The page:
|Plant Taxonomy (BIOL308) - Stephen G. Saupe, Ph.D.; Biology Department, College of St. Benedict/St. John's University, Collegeville, MN 56321; firstname.lastname@example.org; http://www.employees.csbsju.edu/ssaupe/|
Lab 1 - Plant Collecting Techniques
Objectives: upon completion of today's lab you should be able to:
describe appropriate techniques for collecting and preparing herbarium specimens
compare and contrast specimens preserved by freezing, drying and chemical preservatives
begin your plant collection
identify poison ivy (and jewelweed)
Wear clothing appropriate for going into the field (long pants, close-toed shoes, raincoat, etc).
Field Techniques Used by Missouri Botanical Garden by R. Liesner is a great reference.
"Section 2 - Plant Collecting" in Guide to Plant Collection and Identification - by Jane Bowles (U Western Ontario)
Directions for building a plant drier � by Dr. N Zaczkowski, CSB/SJU Biology Department
BLM land Survey Information System - http://www.geocommunicator.gov/GeoComm/lsis_home/home/index.html
Plants to Know: We expect to see the following species during lab and these will be "fair game" on the PTK quiz/exam. It is possible that other species may be included.
Anacardiaceae - Toxicodendron rydbergii (Western poison ivy)
Assignment Due Next Lab: Turn in your Field Notebook. This notebook should be a 3-ring binder dedicated to this course with a title page (Plant Taxonomy � Biology 308 Field & Laboratory Notebook, your name, address, phone) and dividers for three sections (Plant Collection; Lab Identifications; Family Quizzes). In the plant collection section insert, in order: Plant Collection Information handout, Plant Collection Grading Worksheet, a copy of the Herbarium Label template, a folded packet, and Field Record Forms for a each of the plants (minimum ten) that you�ve collected. The specimens do not need to be identified. However, the collection data does need to be complete (except for ID section).
Preparing plant specimens is an important part of plant taxonomy. As a consequence, each student will be required to prepare a collection of 20 specimens. The purpose of today�s lab is to show you techniques used to make a plant collection for you to begin your plant collection. Details about this assignment are provided in the General Information page for our course and the Plant Collection Information handout. During lab we will complete the following exercises:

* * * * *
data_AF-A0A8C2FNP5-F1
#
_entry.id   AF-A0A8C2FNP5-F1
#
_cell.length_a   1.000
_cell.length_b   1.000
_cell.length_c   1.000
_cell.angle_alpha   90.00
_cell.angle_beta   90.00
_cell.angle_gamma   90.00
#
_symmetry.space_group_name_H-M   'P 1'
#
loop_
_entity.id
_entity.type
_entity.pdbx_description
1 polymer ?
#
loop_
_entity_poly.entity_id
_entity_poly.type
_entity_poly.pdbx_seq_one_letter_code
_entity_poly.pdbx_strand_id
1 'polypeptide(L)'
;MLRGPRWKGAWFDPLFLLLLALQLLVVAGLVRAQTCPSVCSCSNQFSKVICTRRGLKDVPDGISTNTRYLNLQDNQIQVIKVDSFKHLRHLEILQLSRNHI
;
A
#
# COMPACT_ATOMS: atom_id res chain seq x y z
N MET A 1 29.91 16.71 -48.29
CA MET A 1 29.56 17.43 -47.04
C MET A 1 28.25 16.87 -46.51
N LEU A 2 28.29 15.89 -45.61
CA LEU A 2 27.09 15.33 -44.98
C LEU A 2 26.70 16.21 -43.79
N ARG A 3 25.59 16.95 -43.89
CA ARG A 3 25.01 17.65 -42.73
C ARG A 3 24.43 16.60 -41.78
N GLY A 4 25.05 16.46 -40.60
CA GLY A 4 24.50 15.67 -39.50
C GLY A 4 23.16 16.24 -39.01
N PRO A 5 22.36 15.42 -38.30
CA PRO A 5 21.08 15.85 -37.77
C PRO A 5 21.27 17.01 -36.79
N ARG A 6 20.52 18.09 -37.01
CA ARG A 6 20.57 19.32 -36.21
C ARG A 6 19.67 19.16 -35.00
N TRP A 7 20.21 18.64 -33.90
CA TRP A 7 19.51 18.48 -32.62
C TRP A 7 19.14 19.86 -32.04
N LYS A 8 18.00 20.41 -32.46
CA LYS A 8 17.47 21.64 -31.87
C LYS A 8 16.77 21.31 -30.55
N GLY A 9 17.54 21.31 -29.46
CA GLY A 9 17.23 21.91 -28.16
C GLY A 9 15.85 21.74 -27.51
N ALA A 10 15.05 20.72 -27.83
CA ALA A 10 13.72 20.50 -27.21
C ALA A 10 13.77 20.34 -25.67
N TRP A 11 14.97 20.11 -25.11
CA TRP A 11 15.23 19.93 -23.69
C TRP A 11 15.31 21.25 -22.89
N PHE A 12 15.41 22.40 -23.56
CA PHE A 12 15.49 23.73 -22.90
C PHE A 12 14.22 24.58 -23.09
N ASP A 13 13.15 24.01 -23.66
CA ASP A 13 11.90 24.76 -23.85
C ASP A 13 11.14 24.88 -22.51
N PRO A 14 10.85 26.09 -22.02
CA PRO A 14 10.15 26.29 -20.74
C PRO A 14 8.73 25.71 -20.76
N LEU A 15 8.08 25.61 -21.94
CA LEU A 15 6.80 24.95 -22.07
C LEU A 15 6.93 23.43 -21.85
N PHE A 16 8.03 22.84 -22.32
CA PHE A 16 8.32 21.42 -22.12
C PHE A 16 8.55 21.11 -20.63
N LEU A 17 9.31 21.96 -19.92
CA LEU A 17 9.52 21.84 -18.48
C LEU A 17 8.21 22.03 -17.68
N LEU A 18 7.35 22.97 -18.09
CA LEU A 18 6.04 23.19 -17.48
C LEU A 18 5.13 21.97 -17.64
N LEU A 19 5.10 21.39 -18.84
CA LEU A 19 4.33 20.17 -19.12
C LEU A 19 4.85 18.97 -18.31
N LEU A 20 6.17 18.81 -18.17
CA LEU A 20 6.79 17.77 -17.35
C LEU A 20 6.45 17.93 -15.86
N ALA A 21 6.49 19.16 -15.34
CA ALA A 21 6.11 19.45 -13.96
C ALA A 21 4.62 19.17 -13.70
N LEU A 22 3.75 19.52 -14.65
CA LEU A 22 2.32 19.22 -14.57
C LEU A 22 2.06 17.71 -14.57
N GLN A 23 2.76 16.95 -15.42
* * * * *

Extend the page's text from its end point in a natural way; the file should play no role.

Exercise 1 � Comparison of
In the lab there will be examples of specimens that have been prepared by pressing and drying (herbarium specimens), freezing and liquid preservatives. Examine the specimens. What are the advantages and disadvantages of each technique? Which would be best to document the flora of a particular site? Which would you use to study chromosomal number? Which would you use to study DNA?
Exercise 2 � Assembling a
You will be assigned to prepare a collection of 20 herbarium specimens. To complete this assignment you will need to assemble your plant press. To do so:
Obtain a press frame with straps, 15 ventilators (cardboard sheets) and 28 dryers (blotters).
Assemble your press as described, in the following sequence: frame � cardboard � 2 blotters � cardboard � 2 blotters � etc � frame.
Bind the frame together with the strap. If your frame has guides for the strap it is usually easiest to use only two on one side of the press or none at all.
Exercise 3 � The Vasculum
After plants are collected in the field, most botanists place them in a plastic garbage bag to transport back to the lab. A vasculum is a metal container that was once popular for transporting plants. Examine the vasculum in lab. In both cases, a damp paper towel or newsprint can be placed in the bottom to provide extra moisture/humidity. What are the advantages and disadvantages of plastic bags versus the vasculum?
Exercise 4 �
We will go into the field together to collect a few specimens to press. Before heading into the field to gather plants, you will need to gather your collecting supplies including field notes, pen, digging tool, plastic bag or vasculum, pruners, GPS unit, clipboard, ruler(s) and other materials. Once in the field, collect at least three specimens; one grass, one tree/shrub and one forb (non-grass herbaceous plant). Record your notes. Be sure to note the size of woody plants and to get the roots of herbaceous plants. Return to the lab and press the specimens that you collected. I will provide more directions in class. Prepare a �Field Record� for each specimen that you collect. These should be placed in your Notebook in order. Once your plants have been pressed, placed the press in one of our driers (stand it on edge) or feel free to take it home to collect on your own.
Exercise 5 � Poison Ivy
One plant that you�ll want to avoid contact is poison ivy. In the field I will show you how to recognize Toxicodendron radicans (Western poison ivy). You should be able to describe the habit, leaves and fruits of this plant. Why does it cause dermatitis in sensitive individuals? What chemical is responsible for poisoning? What are some of poison ivy�s relatives? Note: there are a few other plants that cause dermatitis (wild parsnip) but they are not particularly common so we will not discuss them further.
Exercise 6 � Packet
It is often necessary to make a packet for loose materials that separate from your specimens. I will show you how to fold a typical packet. Fold a packet using the paper provided and then punch holes along one side to insert into your Notebook.
plant presses (frames, straps, ventilators, driers; one per student)
press sign-up sheet
plastic collecting (garbage) bags (one per student)
knife (digging tool)
small sheets of herbarium paper
genus folder (one per student)
labels for cubbies
09/29/2008 / � Copyright by SG